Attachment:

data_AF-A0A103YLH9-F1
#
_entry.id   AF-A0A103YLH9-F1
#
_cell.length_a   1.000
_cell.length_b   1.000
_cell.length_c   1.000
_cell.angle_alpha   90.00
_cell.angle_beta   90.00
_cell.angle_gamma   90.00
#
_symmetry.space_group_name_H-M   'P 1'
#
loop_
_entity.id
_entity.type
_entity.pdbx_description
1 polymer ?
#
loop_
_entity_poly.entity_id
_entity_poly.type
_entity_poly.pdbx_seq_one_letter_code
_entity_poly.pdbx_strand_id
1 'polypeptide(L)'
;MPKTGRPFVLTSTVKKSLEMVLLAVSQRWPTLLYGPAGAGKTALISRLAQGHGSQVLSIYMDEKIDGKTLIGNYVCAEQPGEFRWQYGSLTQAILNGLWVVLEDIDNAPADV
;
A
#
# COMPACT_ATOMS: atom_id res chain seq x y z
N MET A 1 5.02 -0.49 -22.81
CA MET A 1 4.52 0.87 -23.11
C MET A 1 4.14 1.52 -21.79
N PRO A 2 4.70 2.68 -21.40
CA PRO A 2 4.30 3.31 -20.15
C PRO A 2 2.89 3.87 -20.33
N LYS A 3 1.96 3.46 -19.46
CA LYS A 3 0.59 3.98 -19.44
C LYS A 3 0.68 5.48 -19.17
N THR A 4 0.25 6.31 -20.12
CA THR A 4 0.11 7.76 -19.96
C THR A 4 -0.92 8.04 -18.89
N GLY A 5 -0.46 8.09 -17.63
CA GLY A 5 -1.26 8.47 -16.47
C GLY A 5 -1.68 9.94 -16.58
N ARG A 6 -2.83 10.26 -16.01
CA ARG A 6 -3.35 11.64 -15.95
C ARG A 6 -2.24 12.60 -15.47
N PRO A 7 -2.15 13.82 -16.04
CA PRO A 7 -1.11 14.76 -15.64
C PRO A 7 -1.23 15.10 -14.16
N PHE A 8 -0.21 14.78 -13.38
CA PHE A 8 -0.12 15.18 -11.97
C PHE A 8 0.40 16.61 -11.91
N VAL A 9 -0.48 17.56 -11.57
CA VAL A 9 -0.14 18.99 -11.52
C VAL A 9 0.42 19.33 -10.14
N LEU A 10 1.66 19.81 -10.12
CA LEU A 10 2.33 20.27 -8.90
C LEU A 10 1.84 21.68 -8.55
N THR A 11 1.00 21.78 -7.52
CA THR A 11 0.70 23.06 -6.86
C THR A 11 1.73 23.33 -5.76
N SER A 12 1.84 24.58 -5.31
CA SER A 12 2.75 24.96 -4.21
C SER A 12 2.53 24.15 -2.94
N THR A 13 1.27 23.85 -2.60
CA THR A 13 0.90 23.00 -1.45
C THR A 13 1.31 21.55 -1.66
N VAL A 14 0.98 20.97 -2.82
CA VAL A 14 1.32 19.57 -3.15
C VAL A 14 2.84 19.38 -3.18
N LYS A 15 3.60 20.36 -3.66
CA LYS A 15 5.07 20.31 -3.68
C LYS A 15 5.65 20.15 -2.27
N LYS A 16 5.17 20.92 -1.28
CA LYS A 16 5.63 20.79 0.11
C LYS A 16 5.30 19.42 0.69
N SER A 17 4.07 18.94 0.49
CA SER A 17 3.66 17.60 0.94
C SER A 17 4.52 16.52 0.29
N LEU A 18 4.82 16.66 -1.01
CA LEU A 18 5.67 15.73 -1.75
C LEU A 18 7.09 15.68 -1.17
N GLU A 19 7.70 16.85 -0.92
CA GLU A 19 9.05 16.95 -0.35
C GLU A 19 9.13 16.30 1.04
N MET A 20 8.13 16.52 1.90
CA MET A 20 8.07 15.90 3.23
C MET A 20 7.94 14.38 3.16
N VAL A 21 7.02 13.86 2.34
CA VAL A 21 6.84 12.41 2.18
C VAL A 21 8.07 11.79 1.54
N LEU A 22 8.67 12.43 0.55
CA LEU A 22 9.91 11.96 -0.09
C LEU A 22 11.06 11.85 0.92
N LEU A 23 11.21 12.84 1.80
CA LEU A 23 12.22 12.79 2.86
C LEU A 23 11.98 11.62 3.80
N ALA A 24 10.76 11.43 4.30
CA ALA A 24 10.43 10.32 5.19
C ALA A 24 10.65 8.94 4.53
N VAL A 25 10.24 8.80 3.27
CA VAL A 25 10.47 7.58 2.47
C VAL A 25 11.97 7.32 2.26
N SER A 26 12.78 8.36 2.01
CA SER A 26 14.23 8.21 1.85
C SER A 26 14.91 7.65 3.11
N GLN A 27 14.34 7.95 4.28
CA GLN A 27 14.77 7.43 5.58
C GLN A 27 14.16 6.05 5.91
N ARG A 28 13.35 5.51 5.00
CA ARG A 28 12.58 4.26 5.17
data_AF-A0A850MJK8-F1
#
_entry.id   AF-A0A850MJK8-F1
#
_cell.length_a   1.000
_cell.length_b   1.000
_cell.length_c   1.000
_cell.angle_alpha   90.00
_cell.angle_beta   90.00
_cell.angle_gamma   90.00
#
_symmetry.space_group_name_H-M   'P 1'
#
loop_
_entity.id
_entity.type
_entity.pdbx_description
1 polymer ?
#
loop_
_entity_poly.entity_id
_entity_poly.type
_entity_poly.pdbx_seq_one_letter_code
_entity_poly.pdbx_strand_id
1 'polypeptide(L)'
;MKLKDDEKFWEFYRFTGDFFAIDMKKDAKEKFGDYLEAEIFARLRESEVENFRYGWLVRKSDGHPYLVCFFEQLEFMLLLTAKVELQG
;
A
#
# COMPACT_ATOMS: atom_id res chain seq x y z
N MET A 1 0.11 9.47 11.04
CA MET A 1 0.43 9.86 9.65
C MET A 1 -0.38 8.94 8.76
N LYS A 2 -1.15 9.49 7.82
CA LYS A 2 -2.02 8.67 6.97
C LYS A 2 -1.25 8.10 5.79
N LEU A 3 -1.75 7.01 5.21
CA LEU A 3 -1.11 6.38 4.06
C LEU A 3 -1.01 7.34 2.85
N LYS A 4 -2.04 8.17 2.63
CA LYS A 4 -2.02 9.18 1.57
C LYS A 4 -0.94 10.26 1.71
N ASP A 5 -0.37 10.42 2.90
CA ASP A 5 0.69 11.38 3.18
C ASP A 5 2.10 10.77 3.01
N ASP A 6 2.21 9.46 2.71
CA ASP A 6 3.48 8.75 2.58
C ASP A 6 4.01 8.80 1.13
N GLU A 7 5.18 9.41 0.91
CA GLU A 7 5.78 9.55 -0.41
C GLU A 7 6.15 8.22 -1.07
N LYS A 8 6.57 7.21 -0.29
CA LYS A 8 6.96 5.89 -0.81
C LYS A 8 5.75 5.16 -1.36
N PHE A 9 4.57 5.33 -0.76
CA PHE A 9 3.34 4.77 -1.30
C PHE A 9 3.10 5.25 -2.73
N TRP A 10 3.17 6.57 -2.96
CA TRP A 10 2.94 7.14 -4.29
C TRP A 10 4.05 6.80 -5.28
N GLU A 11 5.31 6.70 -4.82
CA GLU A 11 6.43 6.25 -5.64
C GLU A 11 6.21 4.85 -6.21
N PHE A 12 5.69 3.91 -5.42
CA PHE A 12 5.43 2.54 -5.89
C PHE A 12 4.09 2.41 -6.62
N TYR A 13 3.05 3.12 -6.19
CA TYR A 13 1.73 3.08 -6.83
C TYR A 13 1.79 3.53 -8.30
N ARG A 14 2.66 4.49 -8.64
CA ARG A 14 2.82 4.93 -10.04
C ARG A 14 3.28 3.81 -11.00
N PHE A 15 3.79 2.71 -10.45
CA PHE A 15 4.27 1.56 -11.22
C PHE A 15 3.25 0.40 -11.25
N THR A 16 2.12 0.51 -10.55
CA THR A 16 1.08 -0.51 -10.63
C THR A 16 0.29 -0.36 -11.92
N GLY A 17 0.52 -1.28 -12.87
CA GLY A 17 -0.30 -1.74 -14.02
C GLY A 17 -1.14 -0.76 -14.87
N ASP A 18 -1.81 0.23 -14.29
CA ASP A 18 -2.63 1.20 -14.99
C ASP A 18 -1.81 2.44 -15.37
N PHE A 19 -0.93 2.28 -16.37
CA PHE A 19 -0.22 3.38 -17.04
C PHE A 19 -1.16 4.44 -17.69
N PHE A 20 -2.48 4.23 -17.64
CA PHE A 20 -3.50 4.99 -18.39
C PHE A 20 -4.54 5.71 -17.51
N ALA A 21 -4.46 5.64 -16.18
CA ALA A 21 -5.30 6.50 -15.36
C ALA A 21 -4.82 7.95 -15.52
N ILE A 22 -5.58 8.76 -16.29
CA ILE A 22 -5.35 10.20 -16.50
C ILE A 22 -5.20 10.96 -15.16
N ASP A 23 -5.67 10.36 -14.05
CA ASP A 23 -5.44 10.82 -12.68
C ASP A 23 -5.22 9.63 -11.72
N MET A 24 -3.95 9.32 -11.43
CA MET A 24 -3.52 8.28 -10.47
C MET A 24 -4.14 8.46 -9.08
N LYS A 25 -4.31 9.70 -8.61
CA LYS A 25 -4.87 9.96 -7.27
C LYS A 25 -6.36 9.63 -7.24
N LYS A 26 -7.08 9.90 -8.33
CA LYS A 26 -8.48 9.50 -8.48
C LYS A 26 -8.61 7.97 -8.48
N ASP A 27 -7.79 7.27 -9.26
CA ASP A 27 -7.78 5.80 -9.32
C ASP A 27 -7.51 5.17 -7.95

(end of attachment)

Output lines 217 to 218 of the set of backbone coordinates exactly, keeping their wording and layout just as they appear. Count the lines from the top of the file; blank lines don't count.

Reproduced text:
CA LYS A 25 -4.87 9.96 -7.27
C LYS A 25 -6.36 9.63 -7.24